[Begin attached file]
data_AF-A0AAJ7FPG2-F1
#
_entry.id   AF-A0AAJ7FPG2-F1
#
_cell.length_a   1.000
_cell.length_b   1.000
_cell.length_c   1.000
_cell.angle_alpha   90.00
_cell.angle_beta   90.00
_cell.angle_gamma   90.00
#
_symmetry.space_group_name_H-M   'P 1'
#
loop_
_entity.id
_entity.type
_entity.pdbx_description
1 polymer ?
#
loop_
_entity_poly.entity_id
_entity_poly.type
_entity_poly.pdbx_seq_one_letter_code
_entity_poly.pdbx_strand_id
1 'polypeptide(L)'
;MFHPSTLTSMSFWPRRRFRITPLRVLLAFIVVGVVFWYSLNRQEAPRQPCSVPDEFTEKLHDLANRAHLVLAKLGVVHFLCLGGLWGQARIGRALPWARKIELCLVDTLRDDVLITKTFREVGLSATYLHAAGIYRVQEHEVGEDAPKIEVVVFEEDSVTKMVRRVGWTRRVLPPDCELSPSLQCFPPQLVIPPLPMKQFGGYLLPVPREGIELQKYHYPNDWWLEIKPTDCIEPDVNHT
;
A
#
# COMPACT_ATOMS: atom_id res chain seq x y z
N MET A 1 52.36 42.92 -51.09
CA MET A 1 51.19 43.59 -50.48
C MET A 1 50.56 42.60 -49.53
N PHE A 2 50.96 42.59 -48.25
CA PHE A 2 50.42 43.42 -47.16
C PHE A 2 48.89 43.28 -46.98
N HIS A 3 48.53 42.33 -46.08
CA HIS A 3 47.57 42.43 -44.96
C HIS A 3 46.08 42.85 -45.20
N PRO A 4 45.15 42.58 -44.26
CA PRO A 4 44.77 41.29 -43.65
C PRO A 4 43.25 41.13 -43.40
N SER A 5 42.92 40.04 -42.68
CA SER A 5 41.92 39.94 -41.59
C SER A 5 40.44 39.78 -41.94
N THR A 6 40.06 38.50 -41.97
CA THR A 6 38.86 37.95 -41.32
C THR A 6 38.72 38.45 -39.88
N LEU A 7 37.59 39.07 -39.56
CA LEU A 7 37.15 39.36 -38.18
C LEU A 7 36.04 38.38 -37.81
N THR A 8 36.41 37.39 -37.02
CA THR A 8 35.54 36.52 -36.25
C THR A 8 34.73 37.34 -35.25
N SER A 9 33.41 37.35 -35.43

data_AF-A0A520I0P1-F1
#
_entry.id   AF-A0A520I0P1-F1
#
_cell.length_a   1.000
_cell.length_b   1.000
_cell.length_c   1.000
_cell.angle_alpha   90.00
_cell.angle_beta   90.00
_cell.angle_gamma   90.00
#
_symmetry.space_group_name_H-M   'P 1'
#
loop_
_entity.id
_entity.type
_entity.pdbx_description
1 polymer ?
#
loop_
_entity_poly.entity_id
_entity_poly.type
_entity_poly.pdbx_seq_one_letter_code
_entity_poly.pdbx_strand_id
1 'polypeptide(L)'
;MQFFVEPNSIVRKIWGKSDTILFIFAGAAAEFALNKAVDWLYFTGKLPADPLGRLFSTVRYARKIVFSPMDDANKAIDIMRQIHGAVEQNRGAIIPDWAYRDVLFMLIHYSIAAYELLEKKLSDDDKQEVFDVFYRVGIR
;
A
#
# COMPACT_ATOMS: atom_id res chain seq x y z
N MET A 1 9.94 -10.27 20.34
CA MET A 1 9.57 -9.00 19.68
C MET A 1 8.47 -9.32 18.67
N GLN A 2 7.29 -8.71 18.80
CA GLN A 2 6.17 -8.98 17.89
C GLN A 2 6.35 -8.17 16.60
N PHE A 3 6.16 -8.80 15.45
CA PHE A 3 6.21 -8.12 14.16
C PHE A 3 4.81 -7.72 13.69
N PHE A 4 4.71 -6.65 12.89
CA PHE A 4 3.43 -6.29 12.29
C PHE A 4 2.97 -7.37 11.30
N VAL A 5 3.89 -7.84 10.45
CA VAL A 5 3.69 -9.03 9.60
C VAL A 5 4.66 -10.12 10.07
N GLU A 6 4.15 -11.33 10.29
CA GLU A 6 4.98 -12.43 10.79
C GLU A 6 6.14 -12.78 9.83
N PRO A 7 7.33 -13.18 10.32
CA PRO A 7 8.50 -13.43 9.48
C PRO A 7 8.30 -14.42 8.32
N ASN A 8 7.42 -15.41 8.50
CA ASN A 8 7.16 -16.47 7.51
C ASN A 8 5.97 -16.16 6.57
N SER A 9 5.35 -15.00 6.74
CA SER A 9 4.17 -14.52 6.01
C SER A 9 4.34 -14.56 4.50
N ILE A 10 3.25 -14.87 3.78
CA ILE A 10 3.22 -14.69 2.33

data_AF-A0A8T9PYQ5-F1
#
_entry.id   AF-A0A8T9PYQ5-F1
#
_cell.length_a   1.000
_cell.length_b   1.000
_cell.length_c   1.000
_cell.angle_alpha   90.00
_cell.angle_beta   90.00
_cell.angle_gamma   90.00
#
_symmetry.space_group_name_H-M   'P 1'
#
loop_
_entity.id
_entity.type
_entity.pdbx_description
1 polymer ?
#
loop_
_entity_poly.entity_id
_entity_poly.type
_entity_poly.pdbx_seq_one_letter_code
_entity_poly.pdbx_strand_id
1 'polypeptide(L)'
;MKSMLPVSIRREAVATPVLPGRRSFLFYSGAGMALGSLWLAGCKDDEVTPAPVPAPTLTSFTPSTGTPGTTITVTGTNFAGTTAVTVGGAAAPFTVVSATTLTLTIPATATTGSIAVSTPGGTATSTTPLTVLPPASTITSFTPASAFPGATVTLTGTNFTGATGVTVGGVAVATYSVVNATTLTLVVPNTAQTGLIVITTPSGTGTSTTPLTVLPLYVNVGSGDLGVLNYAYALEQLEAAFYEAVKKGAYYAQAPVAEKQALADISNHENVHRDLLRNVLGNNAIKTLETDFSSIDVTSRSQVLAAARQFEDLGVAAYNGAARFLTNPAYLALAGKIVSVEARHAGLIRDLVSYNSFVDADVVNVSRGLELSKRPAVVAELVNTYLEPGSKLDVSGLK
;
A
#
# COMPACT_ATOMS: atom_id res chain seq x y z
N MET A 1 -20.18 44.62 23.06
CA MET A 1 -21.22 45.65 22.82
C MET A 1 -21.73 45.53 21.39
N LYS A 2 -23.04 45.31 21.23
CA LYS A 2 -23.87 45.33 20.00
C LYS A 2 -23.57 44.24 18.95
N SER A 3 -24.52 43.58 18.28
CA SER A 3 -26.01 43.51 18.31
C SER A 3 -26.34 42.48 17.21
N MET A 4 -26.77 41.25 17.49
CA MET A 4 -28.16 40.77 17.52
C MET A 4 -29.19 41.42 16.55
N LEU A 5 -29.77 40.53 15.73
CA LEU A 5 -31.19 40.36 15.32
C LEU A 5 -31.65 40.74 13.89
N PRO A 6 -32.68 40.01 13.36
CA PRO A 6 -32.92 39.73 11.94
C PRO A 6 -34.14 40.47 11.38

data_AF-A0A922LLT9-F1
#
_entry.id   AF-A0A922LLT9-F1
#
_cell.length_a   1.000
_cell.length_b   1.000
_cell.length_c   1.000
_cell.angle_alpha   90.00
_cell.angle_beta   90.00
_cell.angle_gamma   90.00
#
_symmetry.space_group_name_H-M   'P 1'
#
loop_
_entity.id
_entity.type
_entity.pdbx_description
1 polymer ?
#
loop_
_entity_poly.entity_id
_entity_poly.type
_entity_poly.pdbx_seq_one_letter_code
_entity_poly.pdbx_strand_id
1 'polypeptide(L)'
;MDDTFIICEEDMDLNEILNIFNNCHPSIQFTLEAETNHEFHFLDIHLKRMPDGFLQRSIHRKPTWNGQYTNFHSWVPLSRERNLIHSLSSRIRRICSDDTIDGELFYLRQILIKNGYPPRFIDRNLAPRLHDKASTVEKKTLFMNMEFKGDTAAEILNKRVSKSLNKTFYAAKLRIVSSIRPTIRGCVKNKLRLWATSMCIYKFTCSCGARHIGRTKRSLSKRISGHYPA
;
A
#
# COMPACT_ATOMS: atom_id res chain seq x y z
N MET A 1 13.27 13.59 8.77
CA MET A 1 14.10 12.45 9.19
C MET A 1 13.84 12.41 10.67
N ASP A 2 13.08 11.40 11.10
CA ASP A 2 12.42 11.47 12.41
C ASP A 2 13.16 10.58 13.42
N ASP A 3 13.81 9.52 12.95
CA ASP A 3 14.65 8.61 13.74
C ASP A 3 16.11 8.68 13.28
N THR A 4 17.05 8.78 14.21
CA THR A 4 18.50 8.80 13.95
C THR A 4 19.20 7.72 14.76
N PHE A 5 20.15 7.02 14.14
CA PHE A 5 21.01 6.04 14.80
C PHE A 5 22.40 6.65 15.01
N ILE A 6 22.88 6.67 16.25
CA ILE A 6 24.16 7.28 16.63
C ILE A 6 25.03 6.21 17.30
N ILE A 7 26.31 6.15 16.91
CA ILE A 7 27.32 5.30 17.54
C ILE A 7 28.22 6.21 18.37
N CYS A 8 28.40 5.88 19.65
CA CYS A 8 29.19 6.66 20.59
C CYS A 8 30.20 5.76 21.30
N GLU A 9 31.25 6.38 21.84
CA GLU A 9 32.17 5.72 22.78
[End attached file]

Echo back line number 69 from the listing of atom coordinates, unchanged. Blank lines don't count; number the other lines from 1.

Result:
loop_